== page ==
I’m “home”on Vancouver Island, Birtish Columbia (BC) briefly in order to do a Pediatrics course and to celebrate Halloween with friends. Shortly after, I’ll be back in Rankin Inlet for 6 weeks.
The day I left Nunavut this go, it was about -18C with 2 inches of snow on the ground, a big bright sun in the sky, and little of the crisp wind that I’ll come to know and maybe despise. Whenever I see snow at the beginning of the winter, I get a strange calm, nostalgic sort of feeling. I grew up in Thunder Bay, Ontario, where snow was plentiful and usually covered the ground from November to April. A lot of winter experiences bring me back to being a kid with no worries besides which mitts to wear since my best ones were still wet from the day before or whether the ice on the pond was going to be level enough to go for a skate.
I think winter is in my blood. Happiness is remembering a late December night spent staring out the window at the moonlit snow, feeling the hot air from the woodstove gently swirling around me. I don’t mind shoveling snow, have thrown quite a few snowballs in my time, and love winter sports. Ice hockey and downhill skiing I do with some regularity. Snowshoeing, cross country [skate] skiing, tobogganing, and snowboarding also tend to make it into my life when possible. I’ve tried curling but didn’t find it exhilarating. I expect this winter I’ll be ski-dooing and maybe try dog-sledding, if either of those are considered sports more than modes of transport, I’m not sure. I don’t LOVE being cold but in most places if you are dressed well you can enjoy being outdoors even on a -40C day.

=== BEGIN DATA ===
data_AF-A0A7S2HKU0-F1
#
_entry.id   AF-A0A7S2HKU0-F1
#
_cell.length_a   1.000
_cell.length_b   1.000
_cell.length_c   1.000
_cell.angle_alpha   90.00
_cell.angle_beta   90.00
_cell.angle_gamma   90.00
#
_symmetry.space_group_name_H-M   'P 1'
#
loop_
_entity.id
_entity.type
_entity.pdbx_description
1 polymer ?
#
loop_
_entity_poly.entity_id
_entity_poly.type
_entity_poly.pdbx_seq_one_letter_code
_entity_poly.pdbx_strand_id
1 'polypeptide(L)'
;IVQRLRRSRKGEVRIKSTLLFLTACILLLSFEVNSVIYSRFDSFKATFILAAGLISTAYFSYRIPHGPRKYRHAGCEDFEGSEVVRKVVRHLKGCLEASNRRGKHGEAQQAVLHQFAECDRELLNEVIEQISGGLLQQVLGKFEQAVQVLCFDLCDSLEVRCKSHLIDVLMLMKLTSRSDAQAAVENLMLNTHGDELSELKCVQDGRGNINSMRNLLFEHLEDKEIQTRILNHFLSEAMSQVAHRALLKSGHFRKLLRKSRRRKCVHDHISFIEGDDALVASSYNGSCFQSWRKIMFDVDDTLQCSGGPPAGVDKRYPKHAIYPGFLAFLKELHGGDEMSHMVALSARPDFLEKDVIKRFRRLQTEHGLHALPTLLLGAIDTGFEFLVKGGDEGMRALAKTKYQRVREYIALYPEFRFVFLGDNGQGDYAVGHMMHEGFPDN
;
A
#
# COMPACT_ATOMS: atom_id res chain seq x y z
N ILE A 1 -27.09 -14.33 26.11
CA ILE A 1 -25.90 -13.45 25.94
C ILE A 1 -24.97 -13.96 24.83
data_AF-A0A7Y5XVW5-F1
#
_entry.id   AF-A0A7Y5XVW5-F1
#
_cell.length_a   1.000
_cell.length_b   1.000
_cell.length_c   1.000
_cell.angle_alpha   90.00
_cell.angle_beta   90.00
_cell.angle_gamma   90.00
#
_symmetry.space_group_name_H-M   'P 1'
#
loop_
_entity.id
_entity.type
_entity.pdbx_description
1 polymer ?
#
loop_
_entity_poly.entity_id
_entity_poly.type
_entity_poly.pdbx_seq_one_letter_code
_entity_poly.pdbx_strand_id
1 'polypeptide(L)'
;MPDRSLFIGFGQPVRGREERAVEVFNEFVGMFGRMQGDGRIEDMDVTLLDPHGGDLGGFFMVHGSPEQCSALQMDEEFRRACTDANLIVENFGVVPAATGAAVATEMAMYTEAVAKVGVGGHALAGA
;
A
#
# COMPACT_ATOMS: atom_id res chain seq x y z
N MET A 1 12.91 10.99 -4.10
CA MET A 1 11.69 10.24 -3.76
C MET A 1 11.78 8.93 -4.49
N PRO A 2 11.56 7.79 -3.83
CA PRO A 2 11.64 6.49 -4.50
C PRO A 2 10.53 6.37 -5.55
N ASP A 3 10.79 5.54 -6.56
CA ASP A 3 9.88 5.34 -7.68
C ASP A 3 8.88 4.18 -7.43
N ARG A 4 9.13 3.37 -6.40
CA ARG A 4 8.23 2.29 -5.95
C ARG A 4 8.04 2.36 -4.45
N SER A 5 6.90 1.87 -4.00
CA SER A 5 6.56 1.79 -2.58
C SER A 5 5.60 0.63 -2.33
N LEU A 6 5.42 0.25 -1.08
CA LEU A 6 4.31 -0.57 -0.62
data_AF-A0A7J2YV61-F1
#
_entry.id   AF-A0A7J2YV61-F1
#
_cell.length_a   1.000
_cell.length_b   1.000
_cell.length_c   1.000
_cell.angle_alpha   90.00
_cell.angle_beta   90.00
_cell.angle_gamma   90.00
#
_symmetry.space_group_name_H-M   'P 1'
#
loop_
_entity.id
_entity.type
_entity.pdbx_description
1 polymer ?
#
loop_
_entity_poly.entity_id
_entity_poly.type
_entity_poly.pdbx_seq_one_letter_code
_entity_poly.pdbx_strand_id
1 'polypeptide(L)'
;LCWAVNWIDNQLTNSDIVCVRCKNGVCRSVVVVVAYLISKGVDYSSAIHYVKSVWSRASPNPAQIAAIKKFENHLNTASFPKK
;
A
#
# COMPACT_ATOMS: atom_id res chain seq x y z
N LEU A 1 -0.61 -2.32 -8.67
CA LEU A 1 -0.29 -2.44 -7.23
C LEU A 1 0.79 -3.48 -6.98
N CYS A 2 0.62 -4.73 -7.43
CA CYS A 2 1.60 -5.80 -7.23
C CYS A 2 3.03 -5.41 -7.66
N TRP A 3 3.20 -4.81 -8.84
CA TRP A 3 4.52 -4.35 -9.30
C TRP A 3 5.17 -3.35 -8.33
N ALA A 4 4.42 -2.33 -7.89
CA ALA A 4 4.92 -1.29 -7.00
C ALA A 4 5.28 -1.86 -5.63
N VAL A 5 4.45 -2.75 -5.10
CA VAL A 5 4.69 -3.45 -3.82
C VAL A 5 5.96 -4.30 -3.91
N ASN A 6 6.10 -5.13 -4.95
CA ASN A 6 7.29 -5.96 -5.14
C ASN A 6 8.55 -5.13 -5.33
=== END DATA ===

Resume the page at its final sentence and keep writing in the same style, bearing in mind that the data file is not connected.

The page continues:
When working in Rankin, staff and patients alike often ask me where I’m from. Usually I’ll say “BC” but sometimes I tell them, “I don’t know.” I’ve lived in a few different places, but having rented an apartment somewhere in BC over the last 9 years, I guess this is technically my home. I still feel like there’s a lot of “Thunder Bay” in me, as I lived there until I zipped off to university in Vancouver at age 17. But I also am not sure what “home” is. When I’m in Rankin, it’s the assigned apartment with lots of space, a comfy couch, a broken microwave, and the “closet of mystery” (a closet full of stuff left by doctors on rotations before me). I have an apartment in Nanaimo but I am there less and less, and many of my Nanaimo friends have recently moved away.
Over those last 9 years I’ve spent more than a month in any one of Victoria, Vancouver, Campbell River, and Rossland (BC) as well as Cambodia, Vietnam, Nepal, northern India, and Rankin Inlet. I felt so at ease in Berlin, like I was surrounded by people who think like I do, and I dreamed that a year in Edinborough might be just perfect. Medicine isn’t a career that forces transientness on anyone, but certainly one of the reasons I got into it was because I could make travel a huge part of my professional and personal life. And I haven’t been disappointed.
I really don’t know where home is or what it will look like in 5 years. I sometimes enjoy not knowing, and it makes it near impossible to feel homesick when in a new place. Is home where I hang my hat? Where loved ones are (all over the world but particularly scattered in Canada)? It’s really just wherever I am at the time and I always try to make the most of whatever that place has to offer. For example, signing up for hockey in Rankin Inlet is certainly going to make me feel anchored for a bit.
With the exception of a magical two spring months in the little ski town of Rossland, BC, I’ve not had any real winter times since Thunder Bay. I’m going to regret saying this later maybe, but I’m delighted that I’ll make my home mostly in the arctic this winter. There will be some snow, and most certainly cold.